Daily Archives: August 16, 2012

Not that SEC

John Pennington asks exactly the same question that popped into my mind when I learned that Jim Donnan had been charged:

All of this took place since Donnan’s dismissal from Georgia, but — but — what if it hadn’t?  What if the head coach of at Georgia had helped bilk $80 million dollars from investors across the country by lending his name and recruiting efforts to a Ponzi scheme?  And, now, let’s just suppose that people at the school knew of the coach’s actions.  Would Mark Emmert and the NCAA punish Georgia for covering up such an enormous crime?

I bet there are some widows and orphans among the victims.  All of which is to say, how you like me now, Emmert fans?



Filed under The NCAA

I am from Venus; extended playoff proponents are from Mars.

Brilliant observation from Joe Posnanski today, in his post comparing the methods of determining champions by Major League Baseball and Premier League soccer:

… Maybe we as Americans — in large numbers — don’t watch sports to know “who is the best team.” Maybe we watch sports for the chance of surprise, for the potential drama, for reliable thrills. Over time, four playoff teams in baseball became eight. And this year, eight playoff teams become 10 with the addition of the second wildcard.

I’m not saying this is wrong … I don’t think it’s wrong. I think this is unquestionably what most people in America want. Still, there’s no question that the second wildcard — where now TWO teams that do not win their division are included in the playoffs — would be utterly antithetical to the way people in England watch sport. In England, they stick to their playoff-less system no matter how many boring championship endings they get. Here in America, we saw a flaw in our playoff system — a complicated flaw that seemed to cut the motivation for teams to win as many games as they could — and we have tried to fix it by adding more playoffs.

Seriously, doesn’t that get to the heart of the playoff debate for college football?  On average, there aren’t that many schools that end the regular season with legitimate national title claims.  Yet the next round of expansion, should it happen, will commit college football to a postseason format containing more teams than would ordinarily meet that standard.  If you’re a “settle the best team on the field” kind of person, then a larger field detracts from your goal.  But if you’re a surprise/drama advocate – go, Cindy, go! – then expansion to eight schools or more is hardly a bug.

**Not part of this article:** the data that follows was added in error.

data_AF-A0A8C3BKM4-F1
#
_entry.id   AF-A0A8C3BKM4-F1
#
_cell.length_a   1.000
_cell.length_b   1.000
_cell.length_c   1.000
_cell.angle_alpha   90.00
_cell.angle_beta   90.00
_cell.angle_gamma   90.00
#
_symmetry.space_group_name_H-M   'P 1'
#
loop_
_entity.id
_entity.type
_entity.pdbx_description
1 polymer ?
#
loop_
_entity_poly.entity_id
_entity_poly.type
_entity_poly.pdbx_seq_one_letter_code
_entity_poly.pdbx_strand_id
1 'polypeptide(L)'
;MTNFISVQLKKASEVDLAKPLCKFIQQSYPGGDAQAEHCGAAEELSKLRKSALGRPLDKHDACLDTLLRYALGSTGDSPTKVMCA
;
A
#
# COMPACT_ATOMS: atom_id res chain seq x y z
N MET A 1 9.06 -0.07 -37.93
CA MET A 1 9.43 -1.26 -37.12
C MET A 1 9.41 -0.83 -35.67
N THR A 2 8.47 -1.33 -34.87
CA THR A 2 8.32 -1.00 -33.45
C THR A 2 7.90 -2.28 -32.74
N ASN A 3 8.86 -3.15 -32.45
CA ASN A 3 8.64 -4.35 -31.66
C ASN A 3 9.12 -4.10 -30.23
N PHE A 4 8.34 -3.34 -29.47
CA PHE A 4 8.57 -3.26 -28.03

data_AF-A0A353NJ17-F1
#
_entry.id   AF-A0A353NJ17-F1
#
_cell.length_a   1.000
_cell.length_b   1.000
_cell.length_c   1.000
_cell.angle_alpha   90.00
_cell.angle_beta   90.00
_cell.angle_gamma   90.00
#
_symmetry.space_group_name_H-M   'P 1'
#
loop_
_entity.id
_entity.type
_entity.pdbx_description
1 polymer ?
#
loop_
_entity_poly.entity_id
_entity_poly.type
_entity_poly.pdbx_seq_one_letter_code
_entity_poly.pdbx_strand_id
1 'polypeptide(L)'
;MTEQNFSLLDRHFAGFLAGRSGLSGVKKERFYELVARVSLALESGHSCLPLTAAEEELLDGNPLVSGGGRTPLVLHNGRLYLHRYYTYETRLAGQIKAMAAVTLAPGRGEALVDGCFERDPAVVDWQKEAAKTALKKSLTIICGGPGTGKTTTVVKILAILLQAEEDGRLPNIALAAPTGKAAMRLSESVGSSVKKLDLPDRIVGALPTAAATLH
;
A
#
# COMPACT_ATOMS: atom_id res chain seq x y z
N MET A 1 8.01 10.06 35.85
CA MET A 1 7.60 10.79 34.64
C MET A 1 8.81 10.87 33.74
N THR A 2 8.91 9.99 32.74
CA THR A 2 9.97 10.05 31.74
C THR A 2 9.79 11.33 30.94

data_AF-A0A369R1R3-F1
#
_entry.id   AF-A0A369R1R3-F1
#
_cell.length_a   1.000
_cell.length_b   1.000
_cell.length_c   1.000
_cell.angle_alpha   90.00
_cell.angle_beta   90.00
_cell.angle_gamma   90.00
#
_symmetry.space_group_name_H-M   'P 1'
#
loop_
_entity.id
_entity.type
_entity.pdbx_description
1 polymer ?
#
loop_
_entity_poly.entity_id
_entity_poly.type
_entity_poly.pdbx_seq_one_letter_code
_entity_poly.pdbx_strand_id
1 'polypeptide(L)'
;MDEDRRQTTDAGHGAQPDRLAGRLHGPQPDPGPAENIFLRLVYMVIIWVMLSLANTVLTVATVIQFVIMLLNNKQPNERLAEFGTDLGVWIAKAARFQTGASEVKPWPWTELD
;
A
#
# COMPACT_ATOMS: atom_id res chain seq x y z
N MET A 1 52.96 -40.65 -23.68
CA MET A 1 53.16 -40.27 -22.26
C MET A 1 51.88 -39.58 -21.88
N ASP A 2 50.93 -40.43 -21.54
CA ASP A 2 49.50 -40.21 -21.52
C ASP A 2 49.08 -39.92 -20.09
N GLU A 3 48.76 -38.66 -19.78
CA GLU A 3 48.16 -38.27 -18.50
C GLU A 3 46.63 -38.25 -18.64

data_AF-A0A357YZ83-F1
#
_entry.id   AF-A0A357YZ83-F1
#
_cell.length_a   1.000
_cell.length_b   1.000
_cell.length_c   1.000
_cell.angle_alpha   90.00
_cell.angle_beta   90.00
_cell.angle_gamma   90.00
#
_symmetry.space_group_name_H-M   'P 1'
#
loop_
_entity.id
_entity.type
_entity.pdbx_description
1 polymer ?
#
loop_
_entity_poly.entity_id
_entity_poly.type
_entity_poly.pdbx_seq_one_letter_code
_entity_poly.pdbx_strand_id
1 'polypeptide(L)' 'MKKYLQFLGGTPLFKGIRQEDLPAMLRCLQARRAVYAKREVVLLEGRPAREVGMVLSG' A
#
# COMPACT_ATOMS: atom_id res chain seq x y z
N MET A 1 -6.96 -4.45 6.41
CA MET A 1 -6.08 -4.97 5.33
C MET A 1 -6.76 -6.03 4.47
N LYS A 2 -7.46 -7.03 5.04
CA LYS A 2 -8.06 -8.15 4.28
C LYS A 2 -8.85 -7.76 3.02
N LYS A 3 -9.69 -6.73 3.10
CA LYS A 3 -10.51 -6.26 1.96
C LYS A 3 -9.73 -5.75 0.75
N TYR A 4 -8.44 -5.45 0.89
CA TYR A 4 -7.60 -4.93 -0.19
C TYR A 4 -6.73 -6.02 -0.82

I get it.  I don’t think bracket junkies are wrong.  I simply disagree with their priorities.  I’d just like to have the same courtesies extended in my direction sometimes.


Filed under BCS/Playoffs

Suddenly, it dawns on Larry Scott.

Five years of public Coaches Poll ballots and the Pac-12 commissioner finally admits to what even Tony Barnhart was willing to say at the time – what a stupid way to run a railroad.

“I think it’s an unfair position to put the coaches in, to supposedly vote objectively when they’ve got a very natural conflict of interest, No. 1, and, No. 2, I think most coaches are focused on their own games — let alone breaking down tape afterwards and all that,” Scott said in an interview with 710-ESPN’s Mason and Ireland Show on Wednesday. “So to expect that coaches could have a good, balanced, well-researched perspective on who the best teams are in any given week is a fallacy.”

Well, duh.

Now, while I think his defense of Kiffin is weak – Junior bagged his role as a voter because he got his shameless ass called out by USA Today, not out of some sense of principle – I’m not arguing with Scott’s conclusion:  “I don’t think any coaches should be in that position, and they won’t be, starting in 2014.”